When physician Lawrence Neinstein took charge of USC’s student health center in 1995, the clinic’s pace was relaxed. Most students commuted to the University Park Campus, which grew quiet after dark and on weekends. Today, however, nearly all undergraduates live on or near the campus, and they look to the university as their primary support network.
The effects on student health services are enormous.
Last year, the 150 physicians, nurse practitioners and other staf members working at the new USC Engemann Student Health Center handled more than 94,000 individual patient visits, says Neinstein, the center’s executive director. That’s a threefold increase since 1995.
The services they provide have also changed. Muscle sprains and stomach flu are still common, but these days clinicians also see chronic illnesses including cancer, congenital heart disease, severe diabetes and cystic fibrosis. Thanks to medical advances, young adults who a generation ago would have been too sick to leave home are now attending college. The demand for mental health services has also spiked, as substance abuse, anxiety and depression skyrocket among young adults.
“It’s a whole new world,” says Neinstein, professor of pediatrics and medicine at the Keck School of Medicine of USC and assistant provost of student health and wellness. “The need and expectation for services on campus have increased.”
The Engemann Center’s opening nearly a year ago has attracted attention on and off campus.
Last June, the building was featured on the cover of the Journal of American College Health, the field’s premier periodical, as an example of advanced, integrated services. “We have one of the leading student health facilities and programs in the country,” Neinstein says.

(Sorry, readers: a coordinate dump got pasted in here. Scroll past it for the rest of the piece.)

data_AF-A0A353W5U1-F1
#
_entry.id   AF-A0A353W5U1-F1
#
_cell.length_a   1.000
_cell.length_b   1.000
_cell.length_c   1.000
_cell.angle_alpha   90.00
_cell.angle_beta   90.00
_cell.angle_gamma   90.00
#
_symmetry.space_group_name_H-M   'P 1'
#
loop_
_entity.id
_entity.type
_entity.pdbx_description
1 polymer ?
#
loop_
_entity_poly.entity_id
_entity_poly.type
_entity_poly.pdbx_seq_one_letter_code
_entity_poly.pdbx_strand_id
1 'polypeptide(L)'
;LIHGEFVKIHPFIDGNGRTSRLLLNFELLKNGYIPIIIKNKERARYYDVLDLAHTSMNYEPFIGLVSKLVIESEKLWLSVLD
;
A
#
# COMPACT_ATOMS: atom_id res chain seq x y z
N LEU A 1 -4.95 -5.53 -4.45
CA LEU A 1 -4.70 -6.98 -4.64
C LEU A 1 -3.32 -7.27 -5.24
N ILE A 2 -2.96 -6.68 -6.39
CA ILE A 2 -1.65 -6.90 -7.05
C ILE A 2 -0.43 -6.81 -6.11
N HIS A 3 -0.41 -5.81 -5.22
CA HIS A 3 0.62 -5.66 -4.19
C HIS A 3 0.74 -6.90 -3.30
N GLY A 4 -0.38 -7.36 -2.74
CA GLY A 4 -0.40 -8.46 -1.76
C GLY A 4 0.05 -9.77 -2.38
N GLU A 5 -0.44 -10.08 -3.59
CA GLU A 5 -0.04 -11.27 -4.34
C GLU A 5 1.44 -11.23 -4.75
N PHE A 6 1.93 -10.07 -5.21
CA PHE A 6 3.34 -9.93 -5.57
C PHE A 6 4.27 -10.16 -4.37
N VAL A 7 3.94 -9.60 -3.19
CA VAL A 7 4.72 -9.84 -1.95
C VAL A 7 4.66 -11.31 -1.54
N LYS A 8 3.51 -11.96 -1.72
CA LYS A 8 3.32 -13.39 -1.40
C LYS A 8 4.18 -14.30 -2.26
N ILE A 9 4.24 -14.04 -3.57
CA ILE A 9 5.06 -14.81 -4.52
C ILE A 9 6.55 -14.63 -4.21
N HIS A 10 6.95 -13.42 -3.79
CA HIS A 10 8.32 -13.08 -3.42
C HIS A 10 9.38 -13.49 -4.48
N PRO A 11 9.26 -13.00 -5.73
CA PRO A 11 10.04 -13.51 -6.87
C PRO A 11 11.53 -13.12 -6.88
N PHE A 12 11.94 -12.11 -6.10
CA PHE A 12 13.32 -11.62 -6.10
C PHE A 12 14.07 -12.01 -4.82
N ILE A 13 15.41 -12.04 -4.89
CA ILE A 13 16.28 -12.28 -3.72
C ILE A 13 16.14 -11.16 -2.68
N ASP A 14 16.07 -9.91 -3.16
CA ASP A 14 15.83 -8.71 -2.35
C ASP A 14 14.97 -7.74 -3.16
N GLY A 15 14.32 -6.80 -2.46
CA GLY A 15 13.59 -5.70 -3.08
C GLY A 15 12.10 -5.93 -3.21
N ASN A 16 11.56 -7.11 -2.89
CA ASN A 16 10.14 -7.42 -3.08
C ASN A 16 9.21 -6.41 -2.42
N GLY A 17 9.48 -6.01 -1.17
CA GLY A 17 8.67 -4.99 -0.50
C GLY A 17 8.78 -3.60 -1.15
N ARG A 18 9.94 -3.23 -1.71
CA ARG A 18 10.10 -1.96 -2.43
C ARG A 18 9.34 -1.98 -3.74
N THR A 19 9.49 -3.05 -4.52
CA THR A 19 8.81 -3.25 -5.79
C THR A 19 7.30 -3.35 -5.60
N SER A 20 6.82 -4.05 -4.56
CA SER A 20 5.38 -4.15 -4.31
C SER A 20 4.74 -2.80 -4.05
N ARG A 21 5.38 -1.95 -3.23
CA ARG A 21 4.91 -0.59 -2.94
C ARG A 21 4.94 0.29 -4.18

Sophomore Sydney Fishman, an environmental studies major from Chicago, appreciates what it means to students.
As a peer health educator, Fishman volunteers at least two hours a week in the center’s Student Resource Room. Here, students can drop in for a cold-care kit, read up on the perils of the “Freshman 15,” or ask questions about safe sex or any other wellness issues.
“It’s not threatening like a medical office would be,” Fishman says. “It’s a warm, inviting environment. And it’s absolutely beautiful.”
The center brings together all student health services under one harmonious roof. Technology throughout the four-story complex eliminates many hassles of health care. A student-friendly health records portal, online appointment system and easy check-in kiosks (a phone app is on the way) make communication a snap. Walk-in visits are welcome. Most services at the Engemann Student Health Center are covered by the $262 semesterly student health fee. Some services that previously were charged—such as immunizations or screening laboratory tests—are now covered under the university’s student health insurance plan. The coverage, Neinstein notes, is relatively inexpensive—at $1,519 a year, it’s a third to half the price of plans at other top schools. The center also hosts meditation and yoga sessions and wellness workshops, and services include acupuncture and chiropractic as well as medical specialties.
Says Fishman: “It’s a great thing for the campus.”
The USC Engemann Student Health Center was made possible through a $15 million gift from Roger and Michele Dedeaux Engemann.
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